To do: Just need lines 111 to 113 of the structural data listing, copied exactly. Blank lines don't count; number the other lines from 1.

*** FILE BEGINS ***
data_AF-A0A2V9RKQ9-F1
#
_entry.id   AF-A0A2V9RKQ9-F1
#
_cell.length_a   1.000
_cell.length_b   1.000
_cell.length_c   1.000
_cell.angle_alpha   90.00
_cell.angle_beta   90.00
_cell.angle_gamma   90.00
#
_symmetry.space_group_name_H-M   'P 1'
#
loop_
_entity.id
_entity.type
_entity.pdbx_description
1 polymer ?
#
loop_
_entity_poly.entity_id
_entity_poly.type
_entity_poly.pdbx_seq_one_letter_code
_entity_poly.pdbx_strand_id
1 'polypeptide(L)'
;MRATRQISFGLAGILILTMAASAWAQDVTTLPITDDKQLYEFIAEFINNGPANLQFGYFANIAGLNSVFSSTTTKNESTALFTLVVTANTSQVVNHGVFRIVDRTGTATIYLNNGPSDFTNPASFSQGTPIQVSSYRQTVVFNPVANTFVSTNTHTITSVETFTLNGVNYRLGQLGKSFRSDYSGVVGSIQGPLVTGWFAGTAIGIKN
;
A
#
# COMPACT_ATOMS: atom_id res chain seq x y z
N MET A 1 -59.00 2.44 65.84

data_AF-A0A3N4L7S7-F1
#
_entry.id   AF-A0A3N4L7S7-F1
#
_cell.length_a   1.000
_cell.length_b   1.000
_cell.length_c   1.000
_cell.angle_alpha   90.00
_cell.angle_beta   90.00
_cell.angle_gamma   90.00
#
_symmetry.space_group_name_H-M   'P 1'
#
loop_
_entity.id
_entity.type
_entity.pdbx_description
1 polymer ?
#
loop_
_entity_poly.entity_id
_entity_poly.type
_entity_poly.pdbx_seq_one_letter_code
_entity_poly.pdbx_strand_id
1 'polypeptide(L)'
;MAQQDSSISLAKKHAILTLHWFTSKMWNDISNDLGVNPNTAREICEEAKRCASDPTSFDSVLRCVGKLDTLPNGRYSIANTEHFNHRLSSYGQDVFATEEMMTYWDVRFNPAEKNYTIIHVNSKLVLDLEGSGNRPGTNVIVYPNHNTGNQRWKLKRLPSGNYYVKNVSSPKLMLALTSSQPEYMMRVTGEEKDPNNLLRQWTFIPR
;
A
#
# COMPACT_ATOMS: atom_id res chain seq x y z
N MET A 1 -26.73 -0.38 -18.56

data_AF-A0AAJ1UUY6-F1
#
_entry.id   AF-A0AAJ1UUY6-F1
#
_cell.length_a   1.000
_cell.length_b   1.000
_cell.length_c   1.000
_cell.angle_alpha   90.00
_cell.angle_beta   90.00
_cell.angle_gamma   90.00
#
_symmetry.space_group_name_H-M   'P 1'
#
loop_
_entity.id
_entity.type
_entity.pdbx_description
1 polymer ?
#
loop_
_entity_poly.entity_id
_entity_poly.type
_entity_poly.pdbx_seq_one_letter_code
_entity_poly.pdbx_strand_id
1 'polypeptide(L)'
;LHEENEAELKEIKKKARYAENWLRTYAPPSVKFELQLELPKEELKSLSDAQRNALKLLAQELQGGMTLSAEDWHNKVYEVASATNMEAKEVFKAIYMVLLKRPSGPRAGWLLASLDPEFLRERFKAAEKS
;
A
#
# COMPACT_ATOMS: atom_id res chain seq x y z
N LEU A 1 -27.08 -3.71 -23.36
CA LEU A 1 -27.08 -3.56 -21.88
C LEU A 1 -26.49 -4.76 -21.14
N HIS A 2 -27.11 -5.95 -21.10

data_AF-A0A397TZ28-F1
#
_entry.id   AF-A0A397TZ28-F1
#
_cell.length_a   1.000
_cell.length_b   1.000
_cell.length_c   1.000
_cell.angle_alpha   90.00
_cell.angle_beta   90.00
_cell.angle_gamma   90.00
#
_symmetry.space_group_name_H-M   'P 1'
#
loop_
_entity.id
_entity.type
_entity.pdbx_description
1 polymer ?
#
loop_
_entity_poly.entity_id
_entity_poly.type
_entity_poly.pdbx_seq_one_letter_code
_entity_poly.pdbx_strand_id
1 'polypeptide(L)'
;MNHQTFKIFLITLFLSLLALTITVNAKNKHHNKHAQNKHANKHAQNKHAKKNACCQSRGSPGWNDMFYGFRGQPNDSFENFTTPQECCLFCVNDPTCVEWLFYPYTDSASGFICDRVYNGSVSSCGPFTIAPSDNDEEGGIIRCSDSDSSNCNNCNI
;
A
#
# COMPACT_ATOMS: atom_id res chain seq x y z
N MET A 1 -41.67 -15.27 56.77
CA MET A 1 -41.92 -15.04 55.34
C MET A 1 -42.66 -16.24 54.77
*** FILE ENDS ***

_entity.id
_entity.type
_entity.pdbx_description